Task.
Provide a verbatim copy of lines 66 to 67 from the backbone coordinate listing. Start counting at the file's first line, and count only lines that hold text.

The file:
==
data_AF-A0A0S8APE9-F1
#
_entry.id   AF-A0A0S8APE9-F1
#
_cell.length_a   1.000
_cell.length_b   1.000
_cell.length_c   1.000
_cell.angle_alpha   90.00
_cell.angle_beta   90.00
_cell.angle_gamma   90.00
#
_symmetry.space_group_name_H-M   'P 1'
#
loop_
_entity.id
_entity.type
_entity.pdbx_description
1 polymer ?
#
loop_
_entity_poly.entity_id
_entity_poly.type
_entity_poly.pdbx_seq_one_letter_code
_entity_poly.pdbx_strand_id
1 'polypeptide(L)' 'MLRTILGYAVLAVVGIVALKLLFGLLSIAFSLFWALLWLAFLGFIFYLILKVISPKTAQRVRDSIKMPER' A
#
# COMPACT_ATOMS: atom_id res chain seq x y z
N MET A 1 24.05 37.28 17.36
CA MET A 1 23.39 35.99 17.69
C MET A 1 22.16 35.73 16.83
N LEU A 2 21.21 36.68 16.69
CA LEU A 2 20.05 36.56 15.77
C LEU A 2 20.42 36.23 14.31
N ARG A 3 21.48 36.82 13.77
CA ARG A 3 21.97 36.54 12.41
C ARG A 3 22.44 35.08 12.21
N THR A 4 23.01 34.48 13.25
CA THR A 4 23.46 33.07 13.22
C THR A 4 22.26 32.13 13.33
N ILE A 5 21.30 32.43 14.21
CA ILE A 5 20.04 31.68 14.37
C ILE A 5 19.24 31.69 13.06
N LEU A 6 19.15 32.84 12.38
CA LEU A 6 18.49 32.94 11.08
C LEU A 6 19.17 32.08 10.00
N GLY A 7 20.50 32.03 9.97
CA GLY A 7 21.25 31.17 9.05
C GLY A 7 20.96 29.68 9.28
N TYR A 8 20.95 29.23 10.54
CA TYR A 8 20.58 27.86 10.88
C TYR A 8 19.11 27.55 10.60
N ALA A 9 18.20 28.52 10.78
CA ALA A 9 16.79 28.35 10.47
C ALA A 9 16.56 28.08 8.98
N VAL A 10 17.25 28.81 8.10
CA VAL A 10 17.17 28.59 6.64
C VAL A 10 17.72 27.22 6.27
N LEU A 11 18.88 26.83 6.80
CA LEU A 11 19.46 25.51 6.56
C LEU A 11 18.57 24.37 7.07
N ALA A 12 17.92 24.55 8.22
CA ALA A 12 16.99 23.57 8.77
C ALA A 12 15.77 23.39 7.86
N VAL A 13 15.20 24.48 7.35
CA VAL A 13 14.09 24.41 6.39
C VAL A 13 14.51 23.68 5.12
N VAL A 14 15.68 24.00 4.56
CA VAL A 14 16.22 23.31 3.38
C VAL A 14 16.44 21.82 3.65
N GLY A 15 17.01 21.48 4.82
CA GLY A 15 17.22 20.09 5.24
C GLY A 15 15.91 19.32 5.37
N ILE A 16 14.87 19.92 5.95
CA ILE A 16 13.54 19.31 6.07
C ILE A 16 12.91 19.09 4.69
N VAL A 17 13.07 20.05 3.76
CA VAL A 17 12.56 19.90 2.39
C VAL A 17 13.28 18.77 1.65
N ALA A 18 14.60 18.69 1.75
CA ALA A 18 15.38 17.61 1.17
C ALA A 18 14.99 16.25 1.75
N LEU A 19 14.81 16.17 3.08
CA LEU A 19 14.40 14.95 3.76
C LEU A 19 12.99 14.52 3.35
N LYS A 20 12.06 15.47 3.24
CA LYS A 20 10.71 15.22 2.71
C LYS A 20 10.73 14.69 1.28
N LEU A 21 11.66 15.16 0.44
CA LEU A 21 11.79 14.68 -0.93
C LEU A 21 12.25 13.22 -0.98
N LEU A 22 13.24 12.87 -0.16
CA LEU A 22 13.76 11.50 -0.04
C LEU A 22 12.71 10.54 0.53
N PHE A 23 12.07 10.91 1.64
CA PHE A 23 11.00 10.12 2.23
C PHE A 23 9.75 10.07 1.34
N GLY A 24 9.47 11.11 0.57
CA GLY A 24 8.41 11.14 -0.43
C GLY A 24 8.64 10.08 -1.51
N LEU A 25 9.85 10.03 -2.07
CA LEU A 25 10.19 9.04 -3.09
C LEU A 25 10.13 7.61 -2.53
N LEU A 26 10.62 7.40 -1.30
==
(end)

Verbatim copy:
C VAL A 13 14.51 23.68 5.12
N VAL A 14 15.68 24.00 4.56